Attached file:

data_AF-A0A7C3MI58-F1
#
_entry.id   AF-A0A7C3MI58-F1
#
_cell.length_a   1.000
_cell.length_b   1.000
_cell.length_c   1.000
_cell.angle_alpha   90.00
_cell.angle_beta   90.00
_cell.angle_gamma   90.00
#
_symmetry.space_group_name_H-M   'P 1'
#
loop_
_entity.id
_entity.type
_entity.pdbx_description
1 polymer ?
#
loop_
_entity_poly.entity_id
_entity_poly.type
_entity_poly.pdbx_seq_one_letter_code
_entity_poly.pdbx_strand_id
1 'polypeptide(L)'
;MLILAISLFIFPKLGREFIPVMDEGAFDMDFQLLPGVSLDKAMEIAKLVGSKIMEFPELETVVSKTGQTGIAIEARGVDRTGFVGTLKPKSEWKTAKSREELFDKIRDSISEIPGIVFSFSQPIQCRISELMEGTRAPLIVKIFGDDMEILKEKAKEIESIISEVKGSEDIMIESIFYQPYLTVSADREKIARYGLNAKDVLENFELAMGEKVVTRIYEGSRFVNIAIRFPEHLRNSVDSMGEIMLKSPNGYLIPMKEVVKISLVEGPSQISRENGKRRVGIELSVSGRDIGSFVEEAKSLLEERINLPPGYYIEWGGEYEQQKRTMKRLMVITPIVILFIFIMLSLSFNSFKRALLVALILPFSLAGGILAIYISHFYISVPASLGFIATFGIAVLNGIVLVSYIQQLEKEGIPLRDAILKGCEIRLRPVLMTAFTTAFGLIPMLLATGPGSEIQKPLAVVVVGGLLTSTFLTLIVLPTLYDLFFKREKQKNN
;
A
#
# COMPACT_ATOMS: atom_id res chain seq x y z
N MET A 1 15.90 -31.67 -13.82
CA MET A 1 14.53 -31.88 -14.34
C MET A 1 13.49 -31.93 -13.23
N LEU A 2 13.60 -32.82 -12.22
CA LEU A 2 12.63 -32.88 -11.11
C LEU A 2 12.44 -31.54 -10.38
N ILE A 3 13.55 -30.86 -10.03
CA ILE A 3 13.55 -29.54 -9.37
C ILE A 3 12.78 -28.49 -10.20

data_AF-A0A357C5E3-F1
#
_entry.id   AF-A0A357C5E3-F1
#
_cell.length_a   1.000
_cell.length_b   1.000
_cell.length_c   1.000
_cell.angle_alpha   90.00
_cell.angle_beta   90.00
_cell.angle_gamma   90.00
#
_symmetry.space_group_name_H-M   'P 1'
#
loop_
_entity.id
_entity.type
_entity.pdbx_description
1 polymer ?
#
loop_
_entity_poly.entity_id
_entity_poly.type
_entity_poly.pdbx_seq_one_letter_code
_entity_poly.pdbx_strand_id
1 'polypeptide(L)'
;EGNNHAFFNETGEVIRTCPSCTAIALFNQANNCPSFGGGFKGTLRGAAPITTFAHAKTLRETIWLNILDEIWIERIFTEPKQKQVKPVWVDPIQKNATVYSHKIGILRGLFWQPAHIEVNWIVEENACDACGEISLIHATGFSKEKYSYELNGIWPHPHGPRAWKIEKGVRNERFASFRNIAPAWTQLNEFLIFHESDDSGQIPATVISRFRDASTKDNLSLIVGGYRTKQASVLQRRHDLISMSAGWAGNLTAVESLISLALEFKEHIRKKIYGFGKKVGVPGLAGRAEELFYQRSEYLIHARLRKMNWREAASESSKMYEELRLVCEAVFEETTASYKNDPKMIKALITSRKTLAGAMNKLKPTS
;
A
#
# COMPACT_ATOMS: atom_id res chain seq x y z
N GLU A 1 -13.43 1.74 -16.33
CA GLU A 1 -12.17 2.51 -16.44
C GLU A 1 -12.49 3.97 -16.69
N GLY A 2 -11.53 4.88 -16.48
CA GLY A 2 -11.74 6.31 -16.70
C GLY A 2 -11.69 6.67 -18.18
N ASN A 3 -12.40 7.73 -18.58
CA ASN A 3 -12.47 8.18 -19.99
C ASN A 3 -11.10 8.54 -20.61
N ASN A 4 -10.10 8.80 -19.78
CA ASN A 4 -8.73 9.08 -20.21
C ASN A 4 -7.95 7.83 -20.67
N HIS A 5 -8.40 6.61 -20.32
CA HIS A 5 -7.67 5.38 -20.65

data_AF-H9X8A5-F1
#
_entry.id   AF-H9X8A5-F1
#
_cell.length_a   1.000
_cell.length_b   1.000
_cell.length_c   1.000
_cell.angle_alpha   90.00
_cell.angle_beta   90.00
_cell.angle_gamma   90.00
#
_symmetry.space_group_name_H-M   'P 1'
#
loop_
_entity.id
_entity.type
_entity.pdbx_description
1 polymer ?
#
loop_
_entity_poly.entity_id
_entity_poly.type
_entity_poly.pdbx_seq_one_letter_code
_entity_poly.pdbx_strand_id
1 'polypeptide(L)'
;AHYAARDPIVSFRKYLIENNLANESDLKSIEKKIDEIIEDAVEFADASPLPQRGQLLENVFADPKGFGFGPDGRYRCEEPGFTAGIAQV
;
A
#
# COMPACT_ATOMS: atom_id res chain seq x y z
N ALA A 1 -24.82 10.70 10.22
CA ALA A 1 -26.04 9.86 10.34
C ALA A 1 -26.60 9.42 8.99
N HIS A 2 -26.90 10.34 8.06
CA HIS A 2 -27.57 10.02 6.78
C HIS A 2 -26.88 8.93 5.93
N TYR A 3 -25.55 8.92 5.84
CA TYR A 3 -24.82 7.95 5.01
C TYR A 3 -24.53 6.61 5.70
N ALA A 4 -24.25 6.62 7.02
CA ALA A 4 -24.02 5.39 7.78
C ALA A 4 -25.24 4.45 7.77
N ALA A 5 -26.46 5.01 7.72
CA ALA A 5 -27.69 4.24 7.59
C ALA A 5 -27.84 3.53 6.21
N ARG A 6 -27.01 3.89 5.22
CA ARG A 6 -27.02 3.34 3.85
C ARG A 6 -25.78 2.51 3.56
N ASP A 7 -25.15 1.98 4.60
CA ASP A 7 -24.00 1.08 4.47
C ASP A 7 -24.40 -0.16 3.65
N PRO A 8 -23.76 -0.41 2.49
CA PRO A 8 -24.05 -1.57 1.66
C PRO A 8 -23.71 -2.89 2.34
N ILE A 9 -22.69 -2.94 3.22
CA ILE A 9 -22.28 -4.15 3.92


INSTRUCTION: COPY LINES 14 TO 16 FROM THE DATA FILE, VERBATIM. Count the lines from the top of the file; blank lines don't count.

loop_
_entity.id
_entity.type